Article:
Unjust case of lawyer Pu Zhiqiang will in the end undermine China’s judicial reform

Margaret Lewis says the Chinese government’s use of the criminal justice system to silence its critics, as with the case of human rights lawyer Pu Zhiqiang, will only jeopardise China’s judicial development

PUBLISHED : Monday, 14 December, 2015, 5:02pm
UPDATED : Monday, 14 December, 2015, 5:02pm

According to the “100-1=0 principle”, as advocated by President Xi Jinping (習近平), the negative influence of one miscarriage of justice is sufficient to destroy the accumulated goodwill of 99 justly decided cases. Attention turned on Monday to a single case in a Beijing courtroom: lawyer Pu Zhiqiang’s trial for “inciting ethnic hatred” and “picking quarrels and provoking trouble” through comments on his microblog. Chinese authorities have detained the renowned civil rights lawyer since May last year.

The growing pains of a changing legal system are qualitatively different from the government’s decision to use the system as a means of silencing dissenting voices

Pu’s case is far from a typical criminal case. Yet even a small number of politically motivated prosecutions can, following from Xi’s view on unfair rulings, destroy the accumulated goodwill of 99 justly decided ones.

Selective prosecution of lawyers who peacefully use the legal system to defend citizens’ rights undermines the substantial progress that China has made to many aspects of its criminal justice system. In recent years, China has decreased its use of the death penalty, introduced procedures aimed at increasing the number of people released on bail, and expanded videotaping of interrogations in an effort to decrease coerced confessions.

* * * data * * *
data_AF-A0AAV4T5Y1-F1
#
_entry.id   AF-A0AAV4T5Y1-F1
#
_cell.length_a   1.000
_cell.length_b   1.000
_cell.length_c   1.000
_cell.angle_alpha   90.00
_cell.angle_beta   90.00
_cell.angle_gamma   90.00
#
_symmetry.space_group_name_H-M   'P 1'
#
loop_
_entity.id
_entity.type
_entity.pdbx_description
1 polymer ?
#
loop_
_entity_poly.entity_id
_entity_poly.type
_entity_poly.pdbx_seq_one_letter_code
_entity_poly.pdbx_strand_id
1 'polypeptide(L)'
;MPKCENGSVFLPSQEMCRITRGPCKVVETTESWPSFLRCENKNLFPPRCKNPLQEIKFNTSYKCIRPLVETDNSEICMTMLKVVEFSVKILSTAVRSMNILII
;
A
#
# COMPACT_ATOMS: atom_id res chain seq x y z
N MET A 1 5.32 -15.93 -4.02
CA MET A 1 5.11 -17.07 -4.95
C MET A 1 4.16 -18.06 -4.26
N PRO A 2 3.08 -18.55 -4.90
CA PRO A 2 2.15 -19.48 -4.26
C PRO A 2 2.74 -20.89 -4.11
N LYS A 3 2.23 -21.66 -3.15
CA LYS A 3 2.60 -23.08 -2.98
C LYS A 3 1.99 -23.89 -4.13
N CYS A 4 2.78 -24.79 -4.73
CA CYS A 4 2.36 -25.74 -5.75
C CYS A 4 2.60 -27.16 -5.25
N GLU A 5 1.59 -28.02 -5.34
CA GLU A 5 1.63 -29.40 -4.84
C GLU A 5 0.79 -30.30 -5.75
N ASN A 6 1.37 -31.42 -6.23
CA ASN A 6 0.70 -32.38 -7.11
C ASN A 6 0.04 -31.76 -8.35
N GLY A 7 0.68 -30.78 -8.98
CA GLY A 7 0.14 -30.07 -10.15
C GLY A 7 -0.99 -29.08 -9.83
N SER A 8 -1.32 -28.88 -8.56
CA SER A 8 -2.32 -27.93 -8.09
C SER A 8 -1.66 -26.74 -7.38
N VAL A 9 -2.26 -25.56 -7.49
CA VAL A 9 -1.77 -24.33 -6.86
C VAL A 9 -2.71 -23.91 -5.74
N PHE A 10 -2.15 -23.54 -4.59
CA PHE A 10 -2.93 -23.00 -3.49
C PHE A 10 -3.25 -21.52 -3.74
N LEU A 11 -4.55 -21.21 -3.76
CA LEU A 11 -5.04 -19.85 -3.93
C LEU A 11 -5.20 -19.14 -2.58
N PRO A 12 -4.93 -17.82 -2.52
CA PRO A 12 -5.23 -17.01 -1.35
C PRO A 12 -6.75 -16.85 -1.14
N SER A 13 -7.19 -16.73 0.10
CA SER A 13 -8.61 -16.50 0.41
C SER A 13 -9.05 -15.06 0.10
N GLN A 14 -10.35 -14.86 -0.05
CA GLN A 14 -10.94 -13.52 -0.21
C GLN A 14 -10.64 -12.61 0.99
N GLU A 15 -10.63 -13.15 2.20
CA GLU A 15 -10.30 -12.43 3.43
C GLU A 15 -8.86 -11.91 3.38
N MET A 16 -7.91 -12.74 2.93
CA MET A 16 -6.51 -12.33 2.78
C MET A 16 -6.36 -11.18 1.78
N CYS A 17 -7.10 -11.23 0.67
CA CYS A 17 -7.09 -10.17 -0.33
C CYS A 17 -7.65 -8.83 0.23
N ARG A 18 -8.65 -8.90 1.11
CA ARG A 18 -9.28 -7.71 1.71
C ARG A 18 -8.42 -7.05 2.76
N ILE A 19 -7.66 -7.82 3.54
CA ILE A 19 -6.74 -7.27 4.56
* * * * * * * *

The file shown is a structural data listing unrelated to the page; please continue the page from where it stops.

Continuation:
READ MORE: Sarcasm and ‘abusive language’: the remarks that led China to rights lawyer Pu Zhiqiang’s arrest

READ MORE: China needs checks and balances to protect lawyers’ rights, say experts

China is undertaking a sizeable basket of reforms, and a sudden, comprehensive overhaul of the criminal justice system is impossible. The growing pains of a changing legal system, however, are qualitatively different from the government’s decision to use the system as a means of silencing dissenting voices.

Pu’s trial follows on the heels of the UN Committee against Torture’s release of its “concluding observations” following a review of China’s compliance with the convention against torture. Among the numerous issues raised were prolonged pre-trial detention, prosecution based on broadly defined offences, and the crackdown on defence lawyers, all of which directly apply to Pu’s case.

The timing of Pu’s trial has caused speculation that the court may issue the verdict around Christmas when international attention is diverted by the holiday. An acquittal is virtually impossible in light of China’s nearly 100 per cent conviction rate.

Despite the party’s call in a major policy document last year to “make the people feel fairness and justice in every judicial case”, even a miracle acquittal would not erase the injustice of Pu’s 18-month detention. At best, Pu can hope for prompt release based on his time already served in detention or some form of medical release in light of his health conditions. Whatever the eventual verdict, its significance will reverberate as an indication of the health of China’s criminal justice system.

Margaret Lewis is a professor of law at Seton Hall University, New Jersey, US